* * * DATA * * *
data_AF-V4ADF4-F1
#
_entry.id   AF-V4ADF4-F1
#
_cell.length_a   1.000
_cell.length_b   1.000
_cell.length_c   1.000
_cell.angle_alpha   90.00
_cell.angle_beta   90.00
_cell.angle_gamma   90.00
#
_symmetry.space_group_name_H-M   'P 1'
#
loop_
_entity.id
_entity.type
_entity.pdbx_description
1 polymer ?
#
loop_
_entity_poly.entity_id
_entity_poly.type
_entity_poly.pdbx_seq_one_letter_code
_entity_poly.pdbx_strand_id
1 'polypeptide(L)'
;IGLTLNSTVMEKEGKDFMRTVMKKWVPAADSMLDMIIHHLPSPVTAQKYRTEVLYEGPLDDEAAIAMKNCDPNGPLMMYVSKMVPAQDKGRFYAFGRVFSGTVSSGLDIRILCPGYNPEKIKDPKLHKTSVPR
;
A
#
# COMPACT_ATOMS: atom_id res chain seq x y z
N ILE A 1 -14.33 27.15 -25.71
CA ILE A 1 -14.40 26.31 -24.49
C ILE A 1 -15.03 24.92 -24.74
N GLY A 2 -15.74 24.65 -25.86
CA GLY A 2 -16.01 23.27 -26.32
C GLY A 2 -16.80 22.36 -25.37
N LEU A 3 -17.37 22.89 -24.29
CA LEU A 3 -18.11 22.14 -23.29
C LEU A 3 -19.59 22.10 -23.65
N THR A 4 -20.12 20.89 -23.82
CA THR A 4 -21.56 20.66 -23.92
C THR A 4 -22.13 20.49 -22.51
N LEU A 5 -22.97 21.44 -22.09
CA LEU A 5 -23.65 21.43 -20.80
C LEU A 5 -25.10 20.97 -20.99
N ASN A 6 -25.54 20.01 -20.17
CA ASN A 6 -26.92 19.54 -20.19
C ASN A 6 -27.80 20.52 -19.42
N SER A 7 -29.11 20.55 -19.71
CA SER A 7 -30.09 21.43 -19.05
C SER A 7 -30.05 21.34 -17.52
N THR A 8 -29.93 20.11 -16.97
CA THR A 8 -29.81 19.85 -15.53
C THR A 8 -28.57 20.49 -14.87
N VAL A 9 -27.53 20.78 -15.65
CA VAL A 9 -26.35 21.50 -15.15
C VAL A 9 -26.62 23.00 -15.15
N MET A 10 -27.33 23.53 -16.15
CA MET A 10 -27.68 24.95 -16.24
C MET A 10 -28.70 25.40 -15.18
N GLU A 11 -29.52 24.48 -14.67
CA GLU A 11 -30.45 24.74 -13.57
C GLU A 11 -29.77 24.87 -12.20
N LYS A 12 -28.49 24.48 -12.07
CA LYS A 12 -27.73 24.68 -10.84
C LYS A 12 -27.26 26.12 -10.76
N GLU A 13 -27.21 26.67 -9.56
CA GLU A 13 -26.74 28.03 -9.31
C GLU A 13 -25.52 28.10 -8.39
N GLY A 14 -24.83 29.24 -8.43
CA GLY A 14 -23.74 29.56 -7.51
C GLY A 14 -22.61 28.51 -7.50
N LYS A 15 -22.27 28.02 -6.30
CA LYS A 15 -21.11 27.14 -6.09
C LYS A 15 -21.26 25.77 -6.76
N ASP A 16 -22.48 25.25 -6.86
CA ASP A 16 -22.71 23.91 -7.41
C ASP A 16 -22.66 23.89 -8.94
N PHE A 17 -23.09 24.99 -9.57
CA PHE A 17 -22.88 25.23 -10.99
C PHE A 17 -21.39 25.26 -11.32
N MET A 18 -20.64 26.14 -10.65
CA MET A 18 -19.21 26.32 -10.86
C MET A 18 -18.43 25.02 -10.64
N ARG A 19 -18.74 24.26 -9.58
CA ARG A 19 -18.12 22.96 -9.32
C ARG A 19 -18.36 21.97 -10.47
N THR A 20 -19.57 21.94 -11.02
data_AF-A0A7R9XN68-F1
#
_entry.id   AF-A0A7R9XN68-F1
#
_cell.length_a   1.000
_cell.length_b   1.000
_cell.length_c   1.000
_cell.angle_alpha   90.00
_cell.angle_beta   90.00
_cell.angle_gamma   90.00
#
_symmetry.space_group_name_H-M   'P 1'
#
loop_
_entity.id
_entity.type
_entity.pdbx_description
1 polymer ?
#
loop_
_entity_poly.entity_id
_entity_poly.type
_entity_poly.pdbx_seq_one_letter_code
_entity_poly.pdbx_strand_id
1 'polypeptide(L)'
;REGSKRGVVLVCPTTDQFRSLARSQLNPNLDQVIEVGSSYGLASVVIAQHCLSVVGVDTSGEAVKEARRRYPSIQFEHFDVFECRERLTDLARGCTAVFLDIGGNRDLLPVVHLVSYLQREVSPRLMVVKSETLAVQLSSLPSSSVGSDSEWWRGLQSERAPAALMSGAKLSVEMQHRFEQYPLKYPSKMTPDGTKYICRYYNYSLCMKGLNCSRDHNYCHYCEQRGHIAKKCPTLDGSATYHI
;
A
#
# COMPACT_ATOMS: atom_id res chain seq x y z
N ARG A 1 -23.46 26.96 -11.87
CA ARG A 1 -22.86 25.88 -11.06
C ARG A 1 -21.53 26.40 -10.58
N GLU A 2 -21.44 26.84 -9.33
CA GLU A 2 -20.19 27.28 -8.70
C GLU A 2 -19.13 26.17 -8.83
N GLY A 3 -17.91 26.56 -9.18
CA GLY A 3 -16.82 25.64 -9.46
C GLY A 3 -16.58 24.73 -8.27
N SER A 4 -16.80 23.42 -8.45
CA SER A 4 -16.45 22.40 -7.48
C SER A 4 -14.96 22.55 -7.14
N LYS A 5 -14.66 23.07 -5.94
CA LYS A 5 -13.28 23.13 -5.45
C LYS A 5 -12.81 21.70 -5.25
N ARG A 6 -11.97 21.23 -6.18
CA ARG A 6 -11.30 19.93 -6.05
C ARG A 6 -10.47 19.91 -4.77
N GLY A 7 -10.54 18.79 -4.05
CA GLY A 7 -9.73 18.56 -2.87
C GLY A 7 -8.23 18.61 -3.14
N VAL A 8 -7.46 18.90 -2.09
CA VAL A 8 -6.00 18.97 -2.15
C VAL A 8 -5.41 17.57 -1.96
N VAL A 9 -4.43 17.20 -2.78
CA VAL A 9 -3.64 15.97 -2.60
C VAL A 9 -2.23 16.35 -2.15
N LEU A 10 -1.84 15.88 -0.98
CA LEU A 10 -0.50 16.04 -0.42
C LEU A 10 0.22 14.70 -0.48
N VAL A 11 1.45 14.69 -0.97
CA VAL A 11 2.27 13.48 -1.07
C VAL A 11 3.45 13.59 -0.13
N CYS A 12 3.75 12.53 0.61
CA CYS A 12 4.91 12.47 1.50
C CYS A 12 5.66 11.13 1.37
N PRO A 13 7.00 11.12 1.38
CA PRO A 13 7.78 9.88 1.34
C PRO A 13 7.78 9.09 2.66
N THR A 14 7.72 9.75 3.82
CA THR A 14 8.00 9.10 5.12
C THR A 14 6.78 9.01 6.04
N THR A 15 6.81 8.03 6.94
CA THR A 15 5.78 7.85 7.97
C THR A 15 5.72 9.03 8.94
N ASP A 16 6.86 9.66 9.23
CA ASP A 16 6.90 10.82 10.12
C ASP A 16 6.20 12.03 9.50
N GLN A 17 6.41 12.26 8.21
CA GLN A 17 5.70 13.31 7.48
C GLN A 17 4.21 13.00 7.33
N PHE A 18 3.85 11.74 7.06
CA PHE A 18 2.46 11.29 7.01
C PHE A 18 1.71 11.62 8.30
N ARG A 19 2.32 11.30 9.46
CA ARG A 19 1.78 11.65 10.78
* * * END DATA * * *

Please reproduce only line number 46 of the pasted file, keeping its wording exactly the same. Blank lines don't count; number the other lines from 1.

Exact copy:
N ASN A 6 -25.54 20.01 -20.17